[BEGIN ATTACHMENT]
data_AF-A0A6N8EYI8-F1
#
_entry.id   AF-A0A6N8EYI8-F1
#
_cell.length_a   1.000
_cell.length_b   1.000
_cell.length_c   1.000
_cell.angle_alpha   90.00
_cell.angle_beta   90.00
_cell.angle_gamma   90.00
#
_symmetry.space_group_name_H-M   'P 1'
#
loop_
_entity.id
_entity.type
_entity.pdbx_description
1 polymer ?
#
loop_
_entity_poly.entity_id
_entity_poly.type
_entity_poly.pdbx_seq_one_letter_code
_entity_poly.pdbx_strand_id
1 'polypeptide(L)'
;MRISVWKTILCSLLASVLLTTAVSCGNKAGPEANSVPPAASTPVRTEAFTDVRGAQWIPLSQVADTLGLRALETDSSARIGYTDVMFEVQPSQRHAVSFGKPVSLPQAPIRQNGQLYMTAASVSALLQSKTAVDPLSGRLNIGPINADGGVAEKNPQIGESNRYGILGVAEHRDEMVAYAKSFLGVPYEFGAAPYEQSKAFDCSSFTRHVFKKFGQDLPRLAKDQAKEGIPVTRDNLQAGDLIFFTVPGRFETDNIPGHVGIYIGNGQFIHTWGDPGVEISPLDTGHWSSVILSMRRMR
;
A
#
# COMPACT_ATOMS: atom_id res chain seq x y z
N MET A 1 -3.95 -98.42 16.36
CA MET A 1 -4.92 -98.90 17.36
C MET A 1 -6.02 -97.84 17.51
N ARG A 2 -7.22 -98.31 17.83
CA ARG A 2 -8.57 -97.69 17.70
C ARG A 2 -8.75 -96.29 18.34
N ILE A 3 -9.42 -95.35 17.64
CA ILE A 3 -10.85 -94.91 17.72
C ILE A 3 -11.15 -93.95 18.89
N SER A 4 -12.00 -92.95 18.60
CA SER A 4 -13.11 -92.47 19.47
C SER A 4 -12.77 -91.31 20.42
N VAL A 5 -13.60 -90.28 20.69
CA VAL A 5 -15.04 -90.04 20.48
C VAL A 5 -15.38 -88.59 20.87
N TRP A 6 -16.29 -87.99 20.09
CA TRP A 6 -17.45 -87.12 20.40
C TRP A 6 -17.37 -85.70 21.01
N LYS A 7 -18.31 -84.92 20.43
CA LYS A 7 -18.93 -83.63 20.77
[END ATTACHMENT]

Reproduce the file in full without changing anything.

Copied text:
data_AF-A0A6N8EYI8-F1
#
_entry.id   AF-A0A6N8EYI8-F1
#
_cell.length_a   1.000
_cell.length_b   1.000
_cell.length_c   1.000
_cell.angle_alpha   90.00
_cell.angle_beta   90.00
_cell.angle_gamma   90.00
#
_symmetry.space_group_name_H-M   'P 1'
#
loop_
_entity.id
_entity.type
_entity.pdbx_description
1 polymer ?
#
loop_
_entity_poly.entity_id
_entity_poly.type
_entity_poly.pdbx_seq_one_letter_code
_entity_poly.pdbx_strand_id
1 'polypeptide(L)'
;MRISVWKTILCSLLASVLLTTAVSCGNKAGPEANSVPPAASTPVRTEAFTDVRGAQWIPLSQVADTLGLRALETDSSARIGYTDVMFEVQPSQRHAVSFGKPVSLPQAPIRQNGQLYMTAASVSALLQSKTAVDPLSGRLNIGPINADGGVAEKNPQIGESNRYGILGVAEHRDEMVAYAKSFLGVPYEFGAAPYEQSKAFDCSSFTRHVFKKFGQDLPRLAKDQAKEGIPVTRDNLQAGDLIFFTVPGRFETDNIPGHVGIYIGNGQFIHTWGDPGVEISPLDTGHWSSVILSMRRMR
;
A
#
# COMPACT_ATOMS: atom_id res chain seq x y z
N MET A 1 -3.95 -98.42 16.36
CA MET A 1 -4.92 -98.90 17.36
C MET A 1 -6.02 -97.84 17.51
N ARG A 2 -7.22 -98.31 17.83
CA ARG A 2 -8.57 -97.69 17.70
C ARG A 2 -8.75 -96.29 18.34
N ILE A 3 -9.42 -95.35 17.64
CA ILE A 3 -10.85 -94.91 17.72
C ILE A 3 -11.15 -93.95 18.89
N SER A 4 -12.00 -92.95 18.60
CA SER A 4 -13.11 -92.47 19.47
C SER A 4 -12.77 -91.31 20.42
N VAL A 5 -13.60 -90.28 20.69
CA VAL A 5 -15.04 -90.04 20.48
C VAL A 5 -15.38 -88.59 20.87
N TRP A 6 -16.29 -87.99 20.09
CA TRP A 6 -17.45 -87.12 20.40
C TRP A 6 -17.37 -85.70 21.01
N LYS A 7 -18.31 -84.92 20.43
CA LYS A 7 -18.93 -83.63 20.77